It’s been nearly a decade since we last refreshed our image digital collections. At that time, we created a standard web template, constructed consistent help pages, cleaned up our collection home pages, and built what was at the time an easier way to view and interact with the images in the interface. This time, we’re doing more! We have a brand-new interface and a number of additional and improved features.
Posts by Kat Hagedorn
In November 2108, I was fortunate enough to travel to Fudan University (Shanghai, China) to be a “Foreign Expert” at their library.
Over the past several months, Digital Content & Collections has worked on new procedures for handling accessions from patrons for HathiTrust. What happens if no HathiTrust contributing institution has their volume on their shelves, and the volume is a good addition to the HathiTrust corpus? In these cases, U-M Library steps into the breach. We can easily handle a small throughput of these volumes from HathiTrust, and we handle three kinds of accessions: physical, digital and virtual.
In an upcoming LTT blog post (hopefully, before the end of the calendar year), we will discuss U-M Library's process of enabling page insertions to Google volumes for our HathiTrust Digital Library.
This is a re-posting of a HathiTrust blog post. HathiTrust receives well over a hundred inquiries every month about quality problems with page images or OCR text of volumes in HathiTrust. That’s the bad news. The good news is that in most of these cases, there is something they can do about it. A new blog post is intended to shed some light on the thinking and practices about quality in HathiTrust.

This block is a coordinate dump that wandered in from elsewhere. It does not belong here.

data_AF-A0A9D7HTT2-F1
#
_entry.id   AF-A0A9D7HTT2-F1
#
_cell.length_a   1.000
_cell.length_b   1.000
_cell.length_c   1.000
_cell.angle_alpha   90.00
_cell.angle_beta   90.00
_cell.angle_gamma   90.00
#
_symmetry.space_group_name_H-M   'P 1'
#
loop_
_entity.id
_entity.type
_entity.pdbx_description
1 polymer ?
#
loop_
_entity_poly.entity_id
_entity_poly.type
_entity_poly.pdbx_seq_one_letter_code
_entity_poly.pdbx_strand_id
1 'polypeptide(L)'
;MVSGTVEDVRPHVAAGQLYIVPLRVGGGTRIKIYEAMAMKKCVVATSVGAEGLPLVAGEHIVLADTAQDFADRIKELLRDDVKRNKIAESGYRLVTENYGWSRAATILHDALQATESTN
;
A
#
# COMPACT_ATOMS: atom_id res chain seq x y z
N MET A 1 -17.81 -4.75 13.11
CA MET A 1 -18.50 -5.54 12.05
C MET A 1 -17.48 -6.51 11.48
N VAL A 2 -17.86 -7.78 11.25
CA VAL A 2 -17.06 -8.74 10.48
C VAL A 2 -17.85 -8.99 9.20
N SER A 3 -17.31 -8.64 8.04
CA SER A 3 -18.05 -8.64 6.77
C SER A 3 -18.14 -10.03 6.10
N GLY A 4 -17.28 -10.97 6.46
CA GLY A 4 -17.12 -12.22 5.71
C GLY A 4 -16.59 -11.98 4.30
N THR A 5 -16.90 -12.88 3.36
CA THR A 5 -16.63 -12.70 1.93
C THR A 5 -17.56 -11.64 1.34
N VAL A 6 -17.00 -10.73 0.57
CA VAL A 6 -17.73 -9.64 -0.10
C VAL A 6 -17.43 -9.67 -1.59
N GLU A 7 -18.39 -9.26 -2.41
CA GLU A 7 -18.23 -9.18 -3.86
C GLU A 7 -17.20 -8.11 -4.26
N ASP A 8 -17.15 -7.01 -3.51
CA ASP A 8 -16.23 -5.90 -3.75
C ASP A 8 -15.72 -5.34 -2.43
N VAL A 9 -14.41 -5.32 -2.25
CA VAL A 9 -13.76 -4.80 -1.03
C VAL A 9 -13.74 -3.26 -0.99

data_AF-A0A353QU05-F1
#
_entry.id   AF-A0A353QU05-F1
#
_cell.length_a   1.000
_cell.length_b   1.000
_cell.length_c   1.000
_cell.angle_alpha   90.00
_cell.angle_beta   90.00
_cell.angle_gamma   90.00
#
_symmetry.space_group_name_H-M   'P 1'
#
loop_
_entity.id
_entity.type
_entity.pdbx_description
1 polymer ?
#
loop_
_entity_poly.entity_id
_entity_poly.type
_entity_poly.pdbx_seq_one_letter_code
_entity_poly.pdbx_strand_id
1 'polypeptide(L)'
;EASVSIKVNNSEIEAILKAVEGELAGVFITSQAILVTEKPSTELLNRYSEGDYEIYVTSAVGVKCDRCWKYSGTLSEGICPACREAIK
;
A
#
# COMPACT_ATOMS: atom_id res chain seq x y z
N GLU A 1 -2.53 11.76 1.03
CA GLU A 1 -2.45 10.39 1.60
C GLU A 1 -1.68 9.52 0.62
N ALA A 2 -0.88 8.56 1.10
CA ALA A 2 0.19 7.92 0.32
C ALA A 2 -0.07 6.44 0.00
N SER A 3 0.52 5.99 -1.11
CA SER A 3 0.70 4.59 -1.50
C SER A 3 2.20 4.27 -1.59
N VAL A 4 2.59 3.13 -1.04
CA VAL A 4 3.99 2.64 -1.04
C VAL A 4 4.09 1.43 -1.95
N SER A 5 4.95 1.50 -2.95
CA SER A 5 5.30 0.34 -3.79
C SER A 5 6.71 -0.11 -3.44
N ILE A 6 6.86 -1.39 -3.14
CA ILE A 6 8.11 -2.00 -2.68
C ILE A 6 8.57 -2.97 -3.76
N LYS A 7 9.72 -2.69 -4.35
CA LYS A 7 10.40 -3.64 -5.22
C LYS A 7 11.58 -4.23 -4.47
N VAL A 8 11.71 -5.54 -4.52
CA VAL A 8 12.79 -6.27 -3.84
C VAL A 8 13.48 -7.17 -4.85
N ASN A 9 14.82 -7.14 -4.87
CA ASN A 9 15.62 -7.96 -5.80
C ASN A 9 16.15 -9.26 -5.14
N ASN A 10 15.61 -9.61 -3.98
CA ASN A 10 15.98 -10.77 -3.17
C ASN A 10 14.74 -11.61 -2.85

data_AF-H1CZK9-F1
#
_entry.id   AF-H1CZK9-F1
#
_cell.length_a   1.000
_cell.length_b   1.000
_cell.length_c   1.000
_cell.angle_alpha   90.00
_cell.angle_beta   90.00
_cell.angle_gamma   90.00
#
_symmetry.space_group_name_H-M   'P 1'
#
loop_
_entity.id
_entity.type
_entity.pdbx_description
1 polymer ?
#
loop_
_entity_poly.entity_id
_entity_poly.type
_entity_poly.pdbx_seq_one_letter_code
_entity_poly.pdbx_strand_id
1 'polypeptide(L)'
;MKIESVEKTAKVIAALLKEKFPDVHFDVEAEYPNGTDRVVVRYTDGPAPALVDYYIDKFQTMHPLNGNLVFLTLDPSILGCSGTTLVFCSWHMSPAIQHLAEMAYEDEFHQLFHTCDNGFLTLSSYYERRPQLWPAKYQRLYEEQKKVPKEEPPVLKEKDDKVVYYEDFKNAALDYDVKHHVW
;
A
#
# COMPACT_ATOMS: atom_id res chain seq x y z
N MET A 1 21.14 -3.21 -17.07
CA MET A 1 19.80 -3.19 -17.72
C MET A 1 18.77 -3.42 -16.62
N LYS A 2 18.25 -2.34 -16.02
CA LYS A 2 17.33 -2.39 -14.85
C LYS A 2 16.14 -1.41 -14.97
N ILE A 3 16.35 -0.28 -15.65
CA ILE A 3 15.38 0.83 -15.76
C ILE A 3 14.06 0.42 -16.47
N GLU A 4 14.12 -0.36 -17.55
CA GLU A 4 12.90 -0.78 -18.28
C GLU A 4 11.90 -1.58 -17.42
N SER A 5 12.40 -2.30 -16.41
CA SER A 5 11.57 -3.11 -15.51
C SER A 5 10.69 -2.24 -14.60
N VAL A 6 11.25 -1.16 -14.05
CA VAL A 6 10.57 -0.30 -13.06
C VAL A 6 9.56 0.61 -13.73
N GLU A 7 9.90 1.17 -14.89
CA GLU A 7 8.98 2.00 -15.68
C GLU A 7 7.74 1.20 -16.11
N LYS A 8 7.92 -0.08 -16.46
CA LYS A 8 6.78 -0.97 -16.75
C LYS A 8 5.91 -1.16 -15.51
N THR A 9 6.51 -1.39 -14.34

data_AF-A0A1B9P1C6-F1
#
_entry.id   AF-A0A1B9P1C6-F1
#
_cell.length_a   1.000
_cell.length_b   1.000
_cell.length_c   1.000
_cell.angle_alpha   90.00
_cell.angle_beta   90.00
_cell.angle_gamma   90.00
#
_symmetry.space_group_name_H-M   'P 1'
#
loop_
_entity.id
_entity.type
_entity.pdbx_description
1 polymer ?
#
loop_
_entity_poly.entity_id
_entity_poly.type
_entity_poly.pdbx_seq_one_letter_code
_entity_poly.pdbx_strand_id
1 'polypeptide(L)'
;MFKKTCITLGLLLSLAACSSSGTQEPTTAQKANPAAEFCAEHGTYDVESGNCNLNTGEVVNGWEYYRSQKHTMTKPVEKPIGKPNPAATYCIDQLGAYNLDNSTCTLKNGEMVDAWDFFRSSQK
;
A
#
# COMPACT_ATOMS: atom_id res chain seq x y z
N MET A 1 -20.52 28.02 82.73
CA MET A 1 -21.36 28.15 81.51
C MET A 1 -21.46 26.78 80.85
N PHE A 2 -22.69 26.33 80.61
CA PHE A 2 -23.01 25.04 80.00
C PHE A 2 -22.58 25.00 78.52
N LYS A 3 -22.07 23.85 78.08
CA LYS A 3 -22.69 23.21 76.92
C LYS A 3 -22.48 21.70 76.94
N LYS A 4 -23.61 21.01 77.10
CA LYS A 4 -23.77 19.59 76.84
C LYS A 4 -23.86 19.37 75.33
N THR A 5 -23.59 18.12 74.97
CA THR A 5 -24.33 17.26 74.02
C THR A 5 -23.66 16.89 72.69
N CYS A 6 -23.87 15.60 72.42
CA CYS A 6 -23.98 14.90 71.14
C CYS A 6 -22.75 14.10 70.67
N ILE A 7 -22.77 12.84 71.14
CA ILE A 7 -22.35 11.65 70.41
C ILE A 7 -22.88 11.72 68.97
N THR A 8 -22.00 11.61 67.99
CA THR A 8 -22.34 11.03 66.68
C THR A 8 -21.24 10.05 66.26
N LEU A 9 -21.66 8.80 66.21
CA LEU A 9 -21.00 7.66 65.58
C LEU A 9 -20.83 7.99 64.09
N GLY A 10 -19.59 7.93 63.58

It’s possible we should have written this blog post years ago, when we first created our workflow for how we shepherd digitization projects through our Digital Library. Well, we were busy creating it, that’s our excuse. Three years later, we’re on our third iteration.
The Digital Library hosts a stunning collection of 15 rare propaganda Chinese papercuts from the Cultural Revolution. The original papercuts were discovered in a closet at the Center for Chinese Studies!
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